Indianapolis throws yet another $160m at Pacers, because that’s what Indianapolis does

I don’t usually post this late at night, but I just got home from coaching a perfectly enjoyable youth baseball game when BLAMMO!

The Pacers will continue to play basketball in Indianapolis for at least another decade under a $160 million deal the team and the city plan to announce Monday morning…

The Capital Improvement Board will subsidize fieldhouse operating costs to the tune of $3.7 million a year. That will cover things such as liability insurance, security and utilities. The CIB also will pay the fieldhouse’s manager $7.1 million a year, with that amount rising 3 percent each year.

In addition, the CIB will provide $26.5 million to the Pacers for upgrades to seating, new paint, and improvements to locker rooms and concessions. The CIB also will pay for $7 million in improvements directly to replace the floor, upgrade the cooling tower, and improve the facility’s steam pressure control system.

Finally, the CIB will pay $8 million over 10 years for the scoreboard and sound system and will take title of the equipment at the end of the deal…

Subsidies under the new deal amount to an average of $16 million a year. That’s higher than the $11.2 million average annual subsidy under the current three-year deal.

I really shouldn’t be surprised by this, since Indianapolis, as noted, has been paying the Pacers $33 million over the past three years just to keep playing in their taxpayer-provided arena. Stretching out the annual operating subsidy over another ten years, though — and upping the ante in the process — solidifies the city as a rare winner of the sad trifecta of supplying 100% of arena construction costs, collecting no rent or other revenues, and then paying the team to play in its free arena. Indianapolis doesn’t so much host an NBA team as lease one.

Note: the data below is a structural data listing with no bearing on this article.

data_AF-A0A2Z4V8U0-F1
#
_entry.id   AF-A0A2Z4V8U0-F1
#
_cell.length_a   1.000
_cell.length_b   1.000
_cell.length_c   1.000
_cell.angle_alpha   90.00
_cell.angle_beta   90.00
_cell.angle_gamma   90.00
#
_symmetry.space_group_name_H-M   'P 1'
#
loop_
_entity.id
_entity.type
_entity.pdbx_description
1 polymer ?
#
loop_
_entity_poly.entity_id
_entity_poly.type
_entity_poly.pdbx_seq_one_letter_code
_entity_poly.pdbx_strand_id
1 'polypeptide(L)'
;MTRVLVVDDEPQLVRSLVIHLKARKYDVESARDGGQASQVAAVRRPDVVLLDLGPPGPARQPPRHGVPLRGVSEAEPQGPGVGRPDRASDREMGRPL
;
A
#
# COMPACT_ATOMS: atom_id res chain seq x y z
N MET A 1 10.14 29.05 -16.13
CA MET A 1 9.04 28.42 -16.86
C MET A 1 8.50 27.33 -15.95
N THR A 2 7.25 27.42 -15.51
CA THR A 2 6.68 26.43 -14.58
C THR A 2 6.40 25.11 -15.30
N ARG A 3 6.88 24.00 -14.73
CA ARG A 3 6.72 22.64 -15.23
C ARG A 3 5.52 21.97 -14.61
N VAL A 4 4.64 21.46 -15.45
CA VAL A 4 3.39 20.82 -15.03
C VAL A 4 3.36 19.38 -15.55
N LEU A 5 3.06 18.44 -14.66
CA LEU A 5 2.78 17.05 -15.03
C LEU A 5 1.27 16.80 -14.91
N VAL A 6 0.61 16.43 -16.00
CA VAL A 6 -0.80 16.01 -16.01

For all the stupidity on display here, there’s one person who needs to be singled out: Whoever it was in Mayor Stephen Goldsmith’s administration who, after agreeing to gift the Pacers with a new arena, looked at the team execs’ demand for a clause letting them opt out if they weren’t happy with how things were going and thought, “Yeah, sure, that’s fair!” Behaving like sports teams are hostage takers who need to be placated by any means necessary is a common sight among city officials across the U.S.; this, though, was like paying off the hostage takers and then handing them a gun. And a new hostage. A baby puppy hostage.

Stephen Goldsmith, incidentally, after having to resign as New York City deputy mayor following his arrest for spousal abuse (he was later acquitted), is now back at his previous job as a professor of government at Harvard. It’s gotta be awkward when he runs into Judith Grant Long at the cafeteria, and she just shakes her head sadly at him.


24 comments on “Indianapolis throws yet another $160m at Pacers, because that’s what Indianapolis does

  1. No, the Simons didn’t pay anything for Conseco. The CIB built a 175 million dollar arena with a 25 year bond. The Pacers get 100% of everything that comes through the door; signage, suites, naming rights, concessions, parking and for the last three years we also pay the maintenance. Meanwhile the city has a homicide rate that Detroit calls scandalous and the city infrastructure is crumbling.